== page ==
In the final year of his presidency Obama’s vision of a nuclear-free world proposed in 2009 seems far from becoming a reality. Although the countries with the largest arsenal of nuclear weapons (Russia and the USA) reducing their inventory, a recent report by the Stockholm International Peace Research Institute (SIPRI) states that China, France, Russia, and the UK “are either developing or deploying new weapon systems or have announced their intention to do so.” The state of the nuclear world therefore has changed very little in recent years, as SIPRI shows: “At the start of 2015, nine states — the United States, Russia, the United Kingdom, France, China, India, Pakistan, Israel and the Democratic People’s Republic of Korea (DPRK, or North Korea) — possessed approximately 15 850 nuclear weapons, of which 4300 were deployed with operational forces. Roughly 1800 of these weapons are kept in a state of high operational alert.” The following cartogram shows who the nuclear powers are in the world:
While preparing a guest lecture at the University of the Aegean on the Greek island of Lesbos I looked for the most recent data about arrivals of refugees via the Mediterranean Sea. UNHCR states that in 2015 almost 900,000 people have arrived in Europe by sea which is higher than the total arrivals counted between 2006 and 2014. 3,500 people are reported dead or missing, which only shows the mere numbers behind the many personal tragedies happening in the Mediterranean. Not only the numbers went up considerably, but also the geographic patterns changed. While Italy used to be the hot spot of arrivals, this has now shifted to Greece where over 750,000 people arrived. Most of these arrivals come from Turkey, making the island of Lebos near the Turkish coast the first destination for the majority of people seeking refuge in the European Union. The following map shows the European countries resized according to the total number of Mediterranean sea arrivals in 2015:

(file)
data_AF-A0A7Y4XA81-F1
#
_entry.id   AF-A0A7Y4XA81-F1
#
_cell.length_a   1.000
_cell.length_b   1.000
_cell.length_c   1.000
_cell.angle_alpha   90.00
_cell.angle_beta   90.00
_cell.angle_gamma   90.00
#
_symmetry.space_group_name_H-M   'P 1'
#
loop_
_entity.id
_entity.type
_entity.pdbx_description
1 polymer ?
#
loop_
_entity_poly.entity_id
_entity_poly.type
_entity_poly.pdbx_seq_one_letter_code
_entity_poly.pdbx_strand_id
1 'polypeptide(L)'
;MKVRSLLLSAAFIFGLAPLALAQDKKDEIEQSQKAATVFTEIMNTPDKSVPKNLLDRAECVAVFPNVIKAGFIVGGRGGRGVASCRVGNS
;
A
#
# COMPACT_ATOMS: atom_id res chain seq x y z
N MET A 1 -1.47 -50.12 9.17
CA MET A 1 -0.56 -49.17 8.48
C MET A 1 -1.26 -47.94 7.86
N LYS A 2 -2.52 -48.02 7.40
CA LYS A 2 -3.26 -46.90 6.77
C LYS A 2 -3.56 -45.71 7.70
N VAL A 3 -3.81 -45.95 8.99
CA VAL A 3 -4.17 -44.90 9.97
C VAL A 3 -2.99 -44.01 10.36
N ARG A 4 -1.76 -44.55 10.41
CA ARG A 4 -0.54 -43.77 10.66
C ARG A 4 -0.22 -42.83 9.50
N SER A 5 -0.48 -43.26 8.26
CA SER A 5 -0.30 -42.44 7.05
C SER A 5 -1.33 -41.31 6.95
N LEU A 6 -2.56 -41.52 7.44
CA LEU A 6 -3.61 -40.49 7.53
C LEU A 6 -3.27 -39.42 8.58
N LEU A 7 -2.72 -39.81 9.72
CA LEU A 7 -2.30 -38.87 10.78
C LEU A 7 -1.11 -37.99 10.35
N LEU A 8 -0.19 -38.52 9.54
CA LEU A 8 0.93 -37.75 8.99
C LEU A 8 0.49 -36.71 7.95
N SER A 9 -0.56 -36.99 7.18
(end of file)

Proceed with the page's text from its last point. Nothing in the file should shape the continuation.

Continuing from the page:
55.25% of the votes cast at last week’s independence referendum in Scotland were ‘No’ according to the Electoral Management Board for Scotland (EMB), meaning that Scotland stays a part of the United Kingdom. While the results have been mapped all across the media (I recommend Olli O’Brien’s interactive map for that one), I haven’t come across and cartogram visualisation so far. So here we go…the missing map of the Scotland Independence Referendum 2014: The first two maps show a cartogram of the Scottish Local Government Areas resized according to the total number of votes cast at the referendum. The colours on top of the maps show the (remarkably high) turnout on the left map – apart from Glasgow (75%) and Dundee (78.8%) was above 80% in all areas, figures unseen in any democracies in recent years (compare this for example to the turnout at this year’s European elections or at last year’s general election in Germany). The map on the right shows the share of votes going to either side of the campaign: